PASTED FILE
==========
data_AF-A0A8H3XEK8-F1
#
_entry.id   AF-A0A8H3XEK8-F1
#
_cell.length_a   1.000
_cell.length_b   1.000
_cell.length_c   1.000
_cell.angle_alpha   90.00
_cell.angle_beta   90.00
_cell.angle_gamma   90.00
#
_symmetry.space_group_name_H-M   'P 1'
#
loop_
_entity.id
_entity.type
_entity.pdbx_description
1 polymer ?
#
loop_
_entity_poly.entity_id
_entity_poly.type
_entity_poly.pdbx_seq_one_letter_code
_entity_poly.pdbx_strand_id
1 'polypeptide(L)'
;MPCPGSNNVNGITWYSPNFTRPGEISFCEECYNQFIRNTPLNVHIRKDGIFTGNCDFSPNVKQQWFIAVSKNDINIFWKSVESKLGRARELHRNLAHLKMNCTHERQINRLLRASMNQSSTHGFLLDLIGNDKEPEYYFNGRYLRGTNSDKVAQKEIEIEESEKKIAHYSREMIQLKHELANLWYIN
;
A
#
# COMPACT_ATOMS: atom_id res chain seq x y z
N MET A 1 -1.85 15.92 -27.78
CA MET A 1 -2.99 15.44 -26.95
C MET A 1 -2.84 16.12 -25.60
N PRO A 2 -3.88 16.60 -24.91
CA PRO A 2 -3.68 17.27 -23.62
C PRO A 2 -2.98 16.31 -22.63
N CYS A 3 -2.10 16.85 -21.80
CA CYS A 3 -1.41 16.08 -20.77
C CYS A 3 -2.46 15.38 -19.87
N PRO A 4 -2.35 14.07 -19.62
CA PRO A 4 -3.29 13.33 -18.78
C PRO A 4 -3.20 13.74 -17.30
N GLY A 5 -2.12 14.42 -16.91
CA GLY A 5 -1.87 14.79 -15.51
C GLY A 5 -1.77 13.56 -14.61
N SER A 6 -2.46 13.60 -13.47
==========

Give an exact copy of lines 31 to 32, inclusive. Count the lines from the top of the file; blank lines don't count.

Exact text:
N MET A 1 -1.85 15.92 -27.78
CA MET A 1 -2.99 15.44 -26.95